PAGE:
If you’re thinking about buying or selling a home soon, you may have questions about what’s happening with prices right as the market cools. The simple answer is that the real experts don’t expect prices to come crashing down, but the level of home price moderation will depend on factors like supply and demand in each local market.
That means, moving forward, home price appreciation will continue to vary by location, with more significant changes happening in overheated areas. Here’s a quick snapshot of what the experts are saying:
Danielle Hale, Chief Economist at realtor.com, says: “The major question on the minds of homeowners and aspiring buyers alike is what will happen to home prices. . . Soaring prices were propelled by all-time low mortgage rates which are a thing of the past. As a result, home price growth is expected to continue slowing, dipping below its pre-pandemic average to 5.4% for 2023, as a whole.”
According to Mark Fleming, Chief Economist at First American: “House price appreciation has slowed in all 50 markets we track, but the deceleration is generally more dramatic in areas that experienced the strongest peak appreciation rates.”
Taylor Marr, Deputy Chief Economist at Redfin, says: For those bearish folks eagerly awaiting the home price crash, you’ll have to keep waiting. As much as demand is pulling back supply, it is also reducing downward pressure on prices in the short run.”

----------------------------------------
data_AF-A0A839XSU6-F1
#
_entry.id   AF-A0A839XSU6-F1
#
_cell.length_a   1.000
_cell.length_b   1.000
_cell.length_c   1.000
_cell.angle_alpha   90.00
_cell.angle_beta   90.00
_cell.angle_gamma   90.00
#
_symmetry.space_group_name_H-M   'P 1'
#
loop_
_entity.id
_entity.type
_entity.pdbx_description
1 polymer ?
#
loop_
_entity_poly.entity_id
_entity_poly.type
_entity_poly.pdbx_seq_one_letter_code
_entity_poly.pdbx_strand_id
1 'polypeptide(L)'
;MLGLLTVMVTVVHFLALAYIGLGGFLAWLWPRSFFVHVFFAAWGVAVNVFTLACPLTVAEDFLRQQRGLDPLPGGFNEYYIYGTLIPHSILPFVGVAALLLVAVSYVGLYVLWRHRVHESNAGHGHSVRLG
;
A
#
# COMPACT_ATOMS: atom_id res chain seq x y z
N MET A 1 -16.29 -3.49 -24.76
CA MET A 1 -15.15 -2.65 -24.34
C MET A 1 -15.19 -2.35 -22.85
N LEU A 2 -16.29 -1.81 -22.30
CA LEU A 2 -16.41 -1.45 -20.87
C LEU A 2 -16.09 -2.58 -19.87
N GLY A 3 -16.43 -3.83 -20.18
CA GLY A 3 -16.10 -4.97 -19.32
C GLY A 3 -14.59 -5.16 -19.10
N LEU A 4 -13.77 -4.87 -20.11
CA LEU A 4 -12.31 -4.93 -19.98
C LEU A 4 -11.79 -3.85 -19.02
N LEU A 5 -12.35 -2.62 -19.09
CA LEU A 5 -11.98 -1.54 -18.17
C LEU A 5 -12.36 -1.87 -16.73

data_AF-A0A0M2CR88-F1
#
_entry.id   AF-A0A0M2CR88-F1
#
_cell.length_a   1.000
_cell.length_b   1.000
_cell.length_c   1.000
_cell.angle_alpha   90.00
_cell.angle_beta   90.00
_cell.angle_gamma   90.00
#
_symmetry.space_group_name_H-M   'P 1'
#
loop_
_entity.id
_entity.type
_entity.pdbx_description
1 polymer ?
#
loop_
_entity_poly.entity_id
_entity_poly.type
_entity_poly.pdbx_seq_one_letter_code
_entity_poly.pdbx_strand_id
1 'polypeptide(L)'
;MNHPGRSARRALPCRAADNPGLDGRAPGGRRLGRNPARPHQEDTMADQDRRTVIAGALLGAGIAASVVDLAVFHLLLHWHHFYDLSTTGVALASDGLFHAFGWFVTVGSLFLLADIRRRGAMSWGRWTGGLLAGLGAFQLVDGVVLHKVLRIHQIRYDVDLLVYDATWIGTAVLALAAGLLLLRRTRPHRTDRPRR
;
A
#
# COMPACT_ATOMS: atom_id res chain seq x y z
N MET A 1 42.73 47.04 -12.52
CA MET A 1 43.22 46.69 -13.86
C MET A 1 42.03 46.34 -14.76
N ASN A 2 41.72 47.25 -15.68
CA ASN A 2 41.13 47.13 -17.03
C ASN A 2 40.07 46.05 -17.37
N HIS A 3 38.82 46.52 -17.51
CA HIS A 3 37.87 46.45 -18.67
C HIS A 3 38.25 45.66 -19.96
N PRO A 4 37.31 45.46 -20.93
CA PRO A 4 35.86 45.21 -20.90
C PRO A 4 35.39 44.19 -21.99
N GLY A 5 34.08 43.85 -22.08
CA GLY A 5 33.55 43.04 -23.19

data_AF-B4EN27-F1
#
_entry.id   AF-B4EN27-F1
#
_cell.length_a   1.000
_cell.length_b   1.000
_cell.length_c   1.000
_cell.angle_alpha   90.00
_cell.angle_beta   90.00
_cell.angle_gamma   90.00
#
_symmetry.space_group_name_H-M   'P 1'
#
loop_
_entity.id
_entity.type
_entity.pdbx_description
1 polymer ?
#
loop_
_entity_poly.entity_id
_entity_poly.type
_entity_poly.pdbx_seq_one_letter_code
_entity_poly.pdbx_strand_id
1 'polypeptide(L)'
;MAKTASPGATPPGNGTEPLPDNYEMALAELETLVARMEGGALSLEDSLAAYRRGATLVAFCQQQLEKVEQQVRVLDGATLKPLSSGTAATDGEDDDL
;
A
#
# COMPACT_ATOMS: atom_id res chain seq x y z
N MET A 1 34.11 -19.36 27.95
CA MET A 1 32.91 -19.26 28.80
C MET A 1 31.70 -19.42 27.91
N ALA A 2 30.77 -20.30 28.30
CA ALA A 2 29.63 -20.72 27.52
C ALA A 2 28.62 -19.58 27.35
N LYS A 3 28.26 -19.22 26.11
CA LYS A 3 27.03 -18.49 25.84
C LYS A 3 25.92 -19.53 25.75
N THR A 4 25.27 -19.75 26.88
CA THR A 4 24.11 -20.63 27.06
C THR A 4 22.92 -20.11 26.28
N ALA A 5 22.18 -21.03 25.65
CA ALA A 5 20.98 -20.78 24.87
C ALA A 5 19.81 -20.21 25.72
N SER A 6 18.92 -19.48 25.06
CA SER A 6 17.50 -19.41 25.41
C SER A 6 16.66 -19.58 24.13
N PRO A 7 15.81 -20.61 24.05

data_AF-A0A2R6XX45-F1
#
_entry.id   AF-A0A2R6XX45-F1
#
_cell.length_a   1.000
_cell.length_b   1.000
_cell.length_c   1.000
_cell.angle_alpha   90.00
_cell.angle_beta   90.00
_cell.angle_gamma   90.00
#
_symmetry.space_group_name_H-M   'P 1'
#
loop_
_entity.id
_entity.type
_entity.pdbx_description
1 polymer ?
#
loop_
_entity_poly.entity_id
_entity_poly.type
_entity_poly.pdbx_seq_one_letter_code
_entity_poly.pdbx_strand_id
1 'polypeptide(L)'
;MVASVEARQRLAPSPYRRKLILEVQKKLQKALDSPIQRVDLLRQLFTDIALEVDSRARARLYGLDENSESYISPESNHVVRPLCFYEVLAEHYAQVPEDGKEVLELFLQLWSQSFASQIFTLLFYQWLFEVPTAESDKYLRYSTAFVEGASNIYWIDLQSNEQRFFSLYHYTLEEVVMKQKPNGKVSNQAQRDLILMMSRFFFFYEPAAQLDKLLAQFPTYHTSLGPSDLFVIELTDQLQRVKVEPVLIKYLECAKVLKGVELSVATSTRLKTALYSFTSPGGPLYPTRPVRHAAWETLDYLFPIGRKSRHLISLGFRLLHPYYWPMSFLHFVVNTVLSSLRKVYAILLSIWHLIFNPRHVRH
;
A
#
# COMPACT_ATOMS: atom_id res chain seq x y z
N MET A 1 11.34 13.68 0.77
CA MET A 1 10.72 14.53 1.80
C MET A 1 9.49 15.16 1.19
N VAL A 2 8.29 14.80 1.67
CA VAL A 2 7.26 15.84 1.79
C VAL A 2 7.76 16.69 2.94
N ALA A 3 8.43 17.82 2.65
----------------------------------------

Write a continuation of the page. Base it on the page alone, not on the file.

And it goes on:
On Cape Cod, the median sales price for a single family home is up 1.4% comparing this November to a year ago. Prices were up 12% comparing November 2021 to November 2020! Year to date median sales prices are still up almost 22%, but the trend is stabilizing.
What Does This Mean for You?
If you’ve been playing the “waiting game” for prices to continue to increase (sellers) or decrease (buyers), time may be running out.
Potential sellers should know that Open Houses aren’t the social events that they were and, in general, bidding wars are a thing of the past. The number of days a property stays on the market is increasing, too, as are price reductions as sellers try to get the price their neighbors or friends got six months ago.
Buyers, who are hoping for prices to drop, are losing out. Some have told us that they’re waiting for interest rates to drop. They have been ticking back and the difference between 5.25% and 5.50% may not be as significant as you think, when you remember your mortgage is for 30 years and refinancing is always an option. (We’re never going to see 3% again…)
If you don’t have a relationship with a reputable lender, we can recommend several whom we have worked with over the years. It’s important to have that pre-approval letter and know how changes in interest rates impact what you can afford.
If 2023 is going to be you year and you have questions about what’s happening with home prices, let’s connect at 508-360-5664 or email@example.com so we can share with you the latest information on what’s happening.
Mari and Hank